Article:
Friday, 9 November 2018

Her Eyes Were Wild: Fairies and Madness

7.45pm Thursday 25 April 2019
£4 / £2 concessions (Advance tickets)
The Bell, 50 Middlesex Street, London E1 7EX.
Train and Tube: Liverpool Street. 
Tube: Aldgate, Aldgate East
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Many today wish to see a fairy; many in the Middle Ages wished that they had not. To encounter a spirit was to be drawn out of the warm world of human solidarity into solitude, wasting, grief and madness. Fairies brought mental illness in their train, and even the healing power of saints found it hard to stitch up a broken mind. 

The fairy mythology provided ready-made narratives for understanding and containing mental disturbance, stories continuing in Irish and Scandinavian culture. Fairies – with their caprice, their deceptions, their insubstantial grandeur – were like the shadows cast by a disordered mind. 

Folklorist Jeremy Harte reveals how mental illness was often ascribed to fairies – and how a troubled person, led astray by fairies, could imagine their way back to human society 

7.45pm Thursday 25 April 2019
£4 / £2 concessions (Advance tickets)
The Bell, 50 Middlesex Street, London E1 7EX.
Train and Tube: Liverpool Street. 
Tube: Aldgate, Aldgate East
Facebook Page

Tuesday, 6 November 2018

Super-Recognisers: Spotting Faces in a Crowd

7.45pm Thursday 28 March 2019
£4 / £2 concessions (Advance tickets)
The Bell, 50 Middlesex Street, London E1 7EX.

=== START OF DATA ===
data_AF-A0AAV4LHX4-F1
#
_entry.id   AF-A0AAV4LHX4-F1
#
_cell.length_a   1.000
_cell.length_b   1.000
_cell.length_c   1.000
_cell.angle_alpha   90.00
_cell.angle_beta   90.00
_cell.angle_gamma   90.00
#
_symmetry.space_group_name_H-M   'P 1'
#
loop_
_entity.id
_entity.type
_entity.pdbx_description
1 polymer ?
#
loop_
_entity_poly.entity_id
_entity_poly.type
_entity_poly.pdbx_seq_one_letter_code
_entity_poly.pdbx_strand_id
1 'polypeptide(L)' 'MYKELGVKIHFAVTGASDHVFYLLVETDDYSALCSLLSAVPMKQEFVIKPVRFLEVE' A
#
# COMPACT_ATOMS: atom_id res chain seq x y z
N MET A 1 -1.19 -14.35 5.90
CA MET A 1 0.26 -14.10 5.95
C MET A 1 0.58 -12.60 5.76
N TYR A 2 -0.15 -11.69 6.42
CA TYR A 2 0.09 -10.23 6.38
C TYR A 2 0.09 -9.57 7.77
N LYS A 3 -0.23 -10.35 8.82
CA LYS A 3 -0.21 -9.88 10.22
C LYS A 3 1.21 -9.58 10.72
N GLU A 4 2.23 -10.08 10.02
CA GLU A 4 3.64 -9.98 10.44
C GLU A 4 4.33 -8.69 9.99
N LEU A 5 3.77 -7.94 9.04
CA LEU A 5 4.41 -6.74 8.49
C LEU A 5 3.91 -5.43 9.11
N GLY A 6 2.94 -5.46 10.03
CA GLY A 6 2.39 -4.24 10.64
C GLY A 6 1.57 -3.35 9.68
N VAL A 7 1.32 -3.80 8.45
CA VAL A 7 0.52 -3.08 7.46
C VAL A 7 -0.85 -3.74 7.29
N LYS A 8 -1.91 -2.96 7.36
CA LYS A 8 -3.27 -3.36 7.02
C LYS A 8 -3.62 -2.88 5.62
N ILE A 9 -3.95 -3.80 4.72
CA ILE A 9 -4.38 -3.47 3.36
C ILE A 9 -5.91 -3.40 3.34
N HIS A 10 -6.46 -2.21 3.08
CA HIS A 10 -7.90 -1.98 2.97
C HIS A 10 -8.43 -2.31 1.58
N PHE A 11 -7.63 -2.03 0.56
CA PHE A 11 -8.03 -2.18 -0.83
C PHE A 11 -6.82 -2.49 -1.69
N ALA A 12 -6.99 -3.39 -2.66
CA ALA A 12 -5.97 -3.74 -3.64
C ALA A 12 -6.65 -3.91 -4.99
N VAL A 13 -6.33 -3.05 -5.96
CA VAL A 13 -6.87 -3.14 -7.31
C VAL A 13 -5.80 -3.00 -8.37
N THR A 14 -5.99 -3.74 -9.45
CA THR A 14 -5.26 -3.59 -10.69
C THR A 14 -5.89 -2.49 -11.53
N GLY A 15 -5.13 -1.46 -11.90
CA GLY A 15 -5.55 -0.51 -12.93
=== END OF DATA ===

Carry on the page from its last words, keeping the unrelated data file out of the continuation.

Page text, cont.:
Train and Tube: Liverpool Street. 
Tube: Aldgate, Aldgate East


Crowd Of Faces by Dawn Hudson (Public Domain)
The use of police super-recognisers in London has vastly increased suspect identification rates from CCTV in recent years. They perform exceptionally highly at familiar and unfamiliar face recognition, simultaneous face matching and spotting target faces in videos of large crowds. Non-police super-recognisers are also superior to most people at long-term face recognition, even when faces are heavily disguised. 

Psychologist Dr Josh P Davis of the University of Greenwich explores his research on these very rare individuals and his work with the police and courts

7.45pm Thursday 28 March 2019
£4 / £2 (Advance tickets)
The Bell, 50 Middlesex Street, London E1 7EX.
Train and Tube: Liverpool Street. 
Tube: Aldgate, Aldgate East

Diagnosis: Unexplained

Tuesday 19 March 2019
8pm (doors 7.45pm)
£5 / £2 concessions  (Advance tickets
The Miller, 96 Snowsfields, London Bridge, London SE1 3SS
Tube & Rail: London Bridge
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Early medical journals contain numerous cases which appear inexplicable to modern science. One Victorian patient apparently had an entire family of slugs living in her stomach; another started to emit urine from her eyes, ears and even her navel. 

Thomas Morris examines some of the strangest tales ever reported in the medical literature, from exploding teeth to the world's first amphibious baby. 

Thomas is a writer based in London.  He as  worked as a radio producer for the BBC for 17 years, making programmes including Front Row, The Film Programme, Open Book and
Night Waves – and spent five years at Radio 4 as producer of Melvyn Bragg’s In Our Time.  In early 2015 he left the BBC to write full-time.  His journalism has appeared in publications including The Lancet, The Times, the Financial Times and The Cricketer.

Tuesday 19 March 2019
8pm (doors 7.45pm)
£5 / £2 concessions  (Advance tickets
The Miller, 96 Snowsfields, London Bridge, London SE1 3SS
Tube & Rail: London Bridge
Facebook page

Sunday, 4 November 2018

Interview with a Vampire Expert

7.45pm Thursday 28 February 2019
£4 / £2 concessions (Advance tickets)